Barking did not specify how high he thinks the rate should go. However, he said the Fed now can move "more deliberately" after raising rates aggressively seven times in 2022.
Health care and social services was the top category for job growth in December, followed by leisure and hospitality, as the U.S. labor market continues to show strength despite the Federal Reserve's aggressive rate hikes.
Meanwhile, two sectors that had been struggling in recent months — retail and transportation and warehousing — snapped back to growth in December.
There were a few areas of weakness, a 6,000 job loss in professional and business services. Read more about what these shifts could mean for the direction of the labor market here.
— Jesse Pound
As oil prices cool, Bank of America is expecting Chevron won't outperform as much as it did in 2022.
The firm expects a modest 9% upside after gaining more than 50% in share value last year. Analyst Doug Leggate also downgraded the stock to neutral from buy, citing limited upside as oil prices stabilize following the jump prompted by Russia's invasion of Ukraine.
"Put simply we see CVX as a victim of its own success – but with <10% upside to our estimate of fair value, we believe the appropriate rating vs North American peers is Neutral," Leggate said in a note to clients Friday.
CNBC Pro subscribers can read more about Leggate's call here.
— Alex Harring
December's employment report helps add to the narrative that the U.S. may be able to avoid a recession, Goldman Sachs chief economist Jan Hatzius said Friday.
"We're growing at a below-trend pace that's necessary to rebalance the economy. Wage growth is gradually decelerating, price inflation is pretty quickly decelerating," Hatzius said on CNBC's "Squawk of the Street." "I think that should be encouraging for a soft landing."
He spoke after the Labor Department reported a 223,000 increase in nonfarm payrolls and a 4.6% annual rise in average hourly earnings, the slowest pace for the latter metric since August 2021.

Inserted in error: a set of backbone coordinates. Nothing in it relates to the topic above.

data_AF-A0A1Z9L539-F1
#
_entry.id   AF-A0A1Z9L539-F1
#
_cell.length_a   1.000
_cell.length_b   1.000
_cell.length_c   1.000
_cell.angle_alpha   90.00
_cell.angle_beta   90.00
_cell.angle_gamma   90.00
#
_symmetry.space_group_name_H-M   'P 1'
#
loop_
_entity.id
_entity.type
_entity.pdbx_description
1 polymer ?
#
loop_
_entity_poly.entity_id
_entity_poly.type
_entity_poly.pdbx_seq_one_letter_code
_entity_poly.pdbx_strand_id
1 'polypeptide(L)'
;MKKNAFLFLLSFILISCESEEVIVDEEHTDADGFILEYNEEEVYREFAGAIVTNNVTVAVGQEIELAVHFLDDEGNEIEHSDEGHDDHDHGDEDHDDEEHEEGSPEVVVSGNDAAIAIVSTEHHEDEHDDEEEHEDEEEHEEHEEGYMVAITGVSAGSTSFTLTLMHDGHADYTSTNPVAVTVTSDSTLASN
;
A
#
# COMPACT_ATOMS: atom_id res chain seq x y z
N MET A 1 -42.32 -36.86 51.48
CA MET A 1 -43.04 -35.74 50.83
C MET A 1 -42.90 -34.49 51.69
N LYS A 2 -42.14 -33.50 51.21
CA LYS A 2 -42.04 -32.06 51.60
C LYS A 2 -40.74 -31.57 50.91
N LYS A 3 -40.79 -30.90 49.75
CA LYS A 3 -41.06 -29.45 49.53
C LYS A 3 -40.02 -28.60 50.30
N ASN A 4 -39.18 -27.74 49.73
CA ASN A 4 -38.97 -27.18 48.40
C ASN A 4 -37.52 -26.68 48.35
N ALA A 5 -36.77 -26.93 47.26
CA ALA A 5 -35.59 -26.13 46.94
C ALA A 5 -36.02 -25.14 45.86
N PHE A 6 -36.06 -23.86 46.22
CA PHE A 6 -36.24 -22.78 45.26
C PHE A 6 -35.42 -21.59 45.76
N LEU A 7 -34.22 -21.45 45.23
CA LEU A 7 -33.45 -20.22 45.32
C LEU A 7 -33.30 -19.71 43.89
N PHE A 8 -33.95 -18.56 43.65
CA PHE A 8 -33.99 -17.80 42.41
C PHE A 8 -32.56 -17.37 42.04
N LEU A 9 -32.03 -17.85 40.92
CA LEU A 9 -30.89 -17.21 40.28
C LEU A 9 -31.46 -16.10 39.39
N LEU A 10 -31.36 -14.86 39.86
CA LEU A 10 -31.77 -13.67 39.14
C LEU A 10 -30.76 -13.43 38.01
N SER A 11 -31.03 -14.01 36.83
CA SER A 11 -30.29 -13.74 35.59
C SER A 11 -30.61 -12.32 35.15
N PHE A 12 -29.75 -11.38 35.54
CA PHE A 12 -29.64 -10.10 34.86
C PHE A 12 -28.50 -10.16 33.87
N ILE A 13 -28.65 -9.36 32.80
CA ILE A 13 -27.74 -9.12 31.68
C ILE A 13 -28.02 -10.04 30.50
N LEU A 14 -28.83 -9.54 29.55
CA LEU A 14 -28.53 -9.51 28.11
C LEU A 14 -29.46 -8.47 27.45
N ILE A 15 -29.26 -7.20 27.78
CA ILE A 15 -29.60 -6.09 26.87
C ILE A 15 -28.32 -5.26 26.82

Wells Fargo analyst Ike Boruchow upgraded shares of Lululemon to overweight, calling the athletics apparel retailer a "rare name with momentum."
"LULU's top-line resilience in the past few years has been nothing short of stunning, with 2022E's topline expected to be essentially double 2019 levels," he said, expecting continued resilience in 2023.
CNBC Pro subscribers can read the full story here.
— Samantha Subin
History shows that the stock market typically rebounds drastically following a year of big losses, according to S&P Dow Jones Indices.
Since 1936, of the nine prior years with double-digit losses, seven of those years experienced double-digit gains the following year (an average of 18%), according to the firm. The S&P 500 lost 19.4% in 2022, suffering its worst year since 2008.
— Yun Li
The December jobs report shows the economy is still adding jobs at a strong rate, but investors focused on the fact that wage growth is slowing, suggesting inflation may be ebbing.
Stocks rallied after the 8:30 a.m. ET employment report showed 223,000 jobs were created in December. Average hourly wages grew at an annual pace of 4.6%, less than the 5% expected by economists.
"The big move was the fact that average hourly earnings came in lower than expected. That suggests that investors are focused intently on inflation, and whether that inflation is moving toward the Fed's target," said Michael Arone, chief investment strategist at State Street Global Advisors.